Fresh off their first Japanese album, Gfriend have returned to Korea with their eighth EP, Labyrinth. The title track, “Crossroads”, is a solid example of the typical Gfriend sound, but has an MV that speaks to both the need for and fragility of female friendships.

There are few symbols as inherently powerful as a crossroads. It is the choice in its most grandiose, on the nose, no going back form. There are no compromises, no third paths you make yourself at a crossroads. There are only the paths ahead of you. Even now, in 2020, a crossroads can make a tingle run down the spine; the sheer weight of expectations and doubts are laid bare. I say this because that makes it all the more striking that there are no crossroads present in the MV. The roads have been picked, the paths taken. Instead, the MV is about missing the crossroads all together, and the regret therein.

The recurring symbols of the MV are — rather than a crossroad — butterflies, water, and glass. These things are all about choices. The MV opens with Eunha seeing a butterfly, and getting startled off a roof and onto a clock, one that sends her back to an earlier time in her life. The butterfly here is an embodiment of the butterfly effect; the idea that small changes have large consequences. Butterflies are seen throughout the MV, taunting Gfriend into following them, and acting as a portent for the larger issue.

It quickly becomes apparent that the reason Eunha has gone back to an earlier time in her life is because her friendships have died. We see juxtaposed shots of Gfriend in the place Eunha ends up and them alone. The past is full of fights, resentment, and frustration, but it is clear the ladies of Gfriend are friends. They might not have a great deal of material wealth, but they have a bond, and that helps buoy them through life.

The more modern shots, though, show the various members alone. The small choices they made cost them their friendship. Time, distance, responsibilities: these things eat away at the close bonds formed in youth, and by the time the realization hits that they require effort to maintain, they are usually too withered to revive alone. Indeed, when Eunha first awakens in the past, there are already three butterflies in a box. She is not the only one trying to fix the past.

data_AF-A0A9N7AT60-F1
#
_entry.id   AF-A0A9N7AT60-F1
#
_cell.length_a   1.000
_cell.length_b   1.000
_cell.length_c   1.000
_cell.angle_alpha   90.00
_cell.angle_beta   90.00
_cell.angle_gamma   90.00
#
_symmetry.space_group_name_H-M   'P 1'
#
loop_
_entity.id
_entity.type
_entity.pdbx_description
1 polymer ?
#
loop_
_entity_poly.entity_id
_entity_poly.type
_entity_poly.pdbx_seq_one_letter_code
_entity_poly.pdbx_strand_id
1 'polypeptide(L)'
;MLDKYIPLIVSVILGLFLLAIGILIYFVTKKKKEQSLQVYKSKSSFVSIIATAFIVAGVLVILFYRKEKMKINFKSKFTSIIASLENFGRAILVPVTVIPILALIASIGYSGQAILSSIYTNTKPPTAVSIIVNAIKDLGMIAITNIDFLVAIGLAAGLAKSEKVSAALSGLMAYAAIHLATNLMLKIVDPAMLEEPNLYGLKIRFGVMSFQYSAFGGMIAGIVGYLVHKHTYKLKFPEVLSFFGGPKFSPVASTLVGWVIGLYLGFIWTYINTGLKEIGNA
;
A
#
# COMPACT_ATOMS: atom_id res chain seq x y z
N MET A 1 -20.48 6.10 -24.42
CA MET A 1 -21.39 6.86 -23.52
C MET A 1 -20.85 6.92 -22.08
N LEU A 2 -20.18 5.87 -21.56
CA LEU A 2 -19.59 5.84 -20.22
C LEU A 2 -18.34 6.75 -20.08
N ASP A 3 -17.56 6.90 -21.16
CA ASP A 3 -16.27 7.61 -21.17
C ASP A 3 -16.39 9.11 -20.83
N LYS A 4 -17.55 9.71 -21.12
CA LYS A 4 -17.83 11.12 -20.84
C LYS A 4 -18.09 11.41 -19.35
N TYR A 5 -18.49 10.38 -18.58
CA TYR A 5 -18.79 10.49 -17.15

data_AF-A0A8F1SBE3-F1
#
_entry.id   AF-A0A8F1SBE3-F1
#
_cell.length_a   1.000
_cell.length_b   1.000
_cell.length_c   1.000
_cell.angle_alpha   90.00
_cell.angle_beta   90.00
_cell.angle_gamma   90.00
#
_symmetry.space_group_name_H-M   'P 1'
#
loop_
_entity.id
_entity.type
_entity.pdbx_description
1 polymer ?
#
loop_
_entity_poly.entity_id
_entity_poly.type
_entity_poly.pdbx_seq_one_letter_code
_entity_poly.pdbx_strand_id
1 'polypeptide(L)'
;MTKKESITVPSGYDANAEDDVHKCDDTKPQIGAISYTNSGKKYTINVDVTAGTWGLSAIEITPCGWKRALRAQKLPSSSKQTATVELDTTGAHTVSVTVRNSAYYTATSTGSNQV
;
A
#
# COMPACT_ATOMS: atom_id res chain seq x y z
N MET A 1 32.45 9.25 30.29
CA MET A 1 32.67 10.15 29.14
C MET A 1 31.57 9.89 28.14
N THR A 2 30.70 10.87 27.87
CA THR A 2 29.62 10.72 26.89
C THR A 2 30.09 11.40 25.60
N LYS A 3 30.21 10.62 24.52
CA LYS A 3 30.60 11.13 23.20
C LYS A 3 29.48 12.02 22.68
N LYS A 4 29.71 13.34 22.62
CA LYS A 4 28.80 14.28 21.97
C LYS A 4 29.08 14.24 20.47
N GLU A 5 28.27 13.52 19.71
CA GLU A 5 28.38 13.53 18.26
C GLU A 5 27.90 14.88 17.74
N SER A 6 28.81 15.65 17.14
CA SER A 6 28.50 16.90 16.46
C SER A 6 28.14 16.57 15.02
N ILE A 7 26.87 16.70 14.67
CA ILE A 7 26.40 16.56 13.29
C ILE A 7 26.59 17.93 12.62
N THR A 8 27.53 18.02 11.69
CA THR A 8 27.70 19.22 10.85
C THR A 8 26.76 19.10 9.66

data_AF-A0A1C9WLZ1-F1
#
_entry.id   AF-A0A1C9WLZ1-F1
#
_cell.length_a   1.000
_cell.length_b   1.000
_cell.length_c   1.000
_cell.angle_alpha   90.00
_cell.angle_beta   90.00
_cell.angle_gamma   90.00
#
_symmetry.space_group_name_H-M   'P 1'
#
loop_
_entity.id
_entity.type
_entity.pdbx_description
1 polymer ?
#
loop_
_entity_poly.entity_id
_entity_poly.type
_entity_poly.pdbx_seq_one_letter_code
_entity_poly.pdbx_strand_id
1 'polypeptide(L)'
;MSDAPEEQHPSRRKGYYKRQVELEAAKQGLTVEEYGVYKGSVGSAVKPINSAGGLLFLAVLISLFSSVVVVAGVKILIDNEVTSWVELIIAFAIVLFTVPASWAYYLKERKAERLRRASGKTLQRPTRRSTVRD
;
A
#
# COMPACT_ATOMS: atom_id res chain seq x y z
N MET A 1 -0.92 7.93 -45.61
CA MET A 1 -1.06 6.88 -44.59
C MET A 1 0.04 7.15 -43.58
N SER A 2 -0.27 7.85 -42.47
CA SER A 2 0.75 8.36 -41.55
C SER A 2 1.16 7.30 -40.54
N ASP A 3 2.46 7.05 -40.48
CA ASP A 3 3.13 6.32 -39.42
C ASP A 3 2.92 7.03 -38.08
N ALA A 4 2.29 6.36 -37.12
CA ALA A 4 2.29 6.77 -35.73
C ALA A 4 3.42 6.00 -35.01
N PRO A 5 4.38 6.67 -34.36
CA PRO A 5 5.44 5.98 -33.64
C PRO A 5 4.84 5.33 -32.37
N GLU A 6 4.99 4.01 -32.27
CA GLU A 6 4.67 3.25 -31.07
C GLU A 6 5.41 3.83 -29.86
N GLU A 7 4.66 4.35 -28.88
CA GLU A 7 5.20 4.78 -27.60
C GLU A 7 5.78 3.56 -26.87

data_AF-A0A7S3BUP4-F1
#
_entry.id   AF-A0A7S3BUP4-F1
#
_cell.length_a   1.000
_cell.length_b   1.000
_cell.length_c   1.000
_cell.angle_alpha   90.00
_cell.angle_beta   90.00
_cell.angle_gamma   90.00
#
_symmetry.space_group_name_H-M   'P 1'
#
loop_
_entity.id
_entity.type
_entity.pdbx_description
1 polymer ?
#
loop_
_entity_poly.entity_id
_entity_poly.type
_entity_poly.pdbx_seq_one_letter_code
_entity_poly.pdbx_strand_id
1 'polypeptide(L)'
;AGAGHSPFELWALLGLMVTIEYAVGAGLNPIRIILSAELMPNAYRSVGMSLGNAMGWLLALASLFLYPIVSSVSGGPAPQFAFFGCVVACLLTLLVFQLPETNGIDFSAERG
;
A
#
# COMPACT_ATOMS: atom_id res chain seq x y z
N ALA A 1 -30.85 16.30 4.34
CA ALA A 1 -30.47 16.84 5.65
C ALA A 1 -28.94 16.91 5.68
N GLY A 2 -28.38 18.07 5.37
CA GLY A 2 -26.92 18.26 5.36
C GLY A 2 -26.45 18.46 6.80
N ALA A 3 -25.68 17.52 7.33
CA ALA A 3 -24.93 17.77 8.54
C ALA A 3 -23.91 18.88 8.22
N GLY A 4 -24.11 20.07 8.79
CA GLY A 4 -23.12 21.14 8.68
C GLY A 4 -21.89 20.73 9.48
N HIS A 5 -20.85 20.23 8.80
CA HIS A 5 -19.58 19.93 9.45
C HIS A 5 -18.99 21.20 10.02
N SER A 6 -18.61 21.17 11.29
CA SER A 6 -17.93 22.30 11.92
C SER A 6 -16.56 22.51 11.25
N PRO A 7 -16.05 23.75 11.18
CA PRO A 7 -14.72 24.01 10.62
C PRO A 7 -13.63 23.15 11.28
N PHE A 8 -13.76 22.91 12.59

The other major motifs of “Crossroads” are water and glass. The camera lingers on a mirror and a crystal ball, Yerin and Sowon are shot with their gazes locked on or hanging out a window, scenes are placed behind glass-paned doors. Glass, in its various forms, is often the means of seeing into another world. Crystal balls are a method of seeing what might be. Doors, windows, and mirrors can provide a glimpse of what might have been. Even without that, a mirror is a surefire way to make you think about where you are and how you got there. Nothing will ever judge so harshly as your own reflection, as given how miserable Gfriend are when they look at their own, that is something they are acutely aware of.

Water can be many things, but here, it is a purifying agent. Yerin soaks in a bathtub, trying to wash off her past. The gray pallor of the present-day shots makes it seem as if rain will start at any moment, ready to cleanse Gfriend and allow them to start anew. Most importantly, the scene that cements their ability to change the past, to ensure they maintain their bond rather than drift apart is in an aquarium: glass to show what they can have, water to rinse off the mistakes that led them here in the first place. 

The lyrics are another take on the idea of a crossroads. Rather than struggling with two distinct choices, Gfriend know where they want to go, but are unsure of how to get there. They want to reach out and rebuild an old bond, but the way to do so is not clear. They hope that whichever path they lead will lead them back together, but there is no certain road to take.

Instead, they stand frozen: too afraid to move forwards, but, of course, unable to go back. The production enhances the desperation Gfriend feels with soaring strings, driving guitars, and some belting that hits square in the heart. They are flinging themselves onto the mercy of the universe, and “Crossroads” sounds exactly as scared, yet determined as you would have to be to do that. 

“Crossroads” is a potent MV that highlights both the need for female friendships, and how easily they can slip away. It is all about the regrets that come with taking the people you love for granted until they are just not there anymore.

(Images via Big Hit Entertainment, YouTube)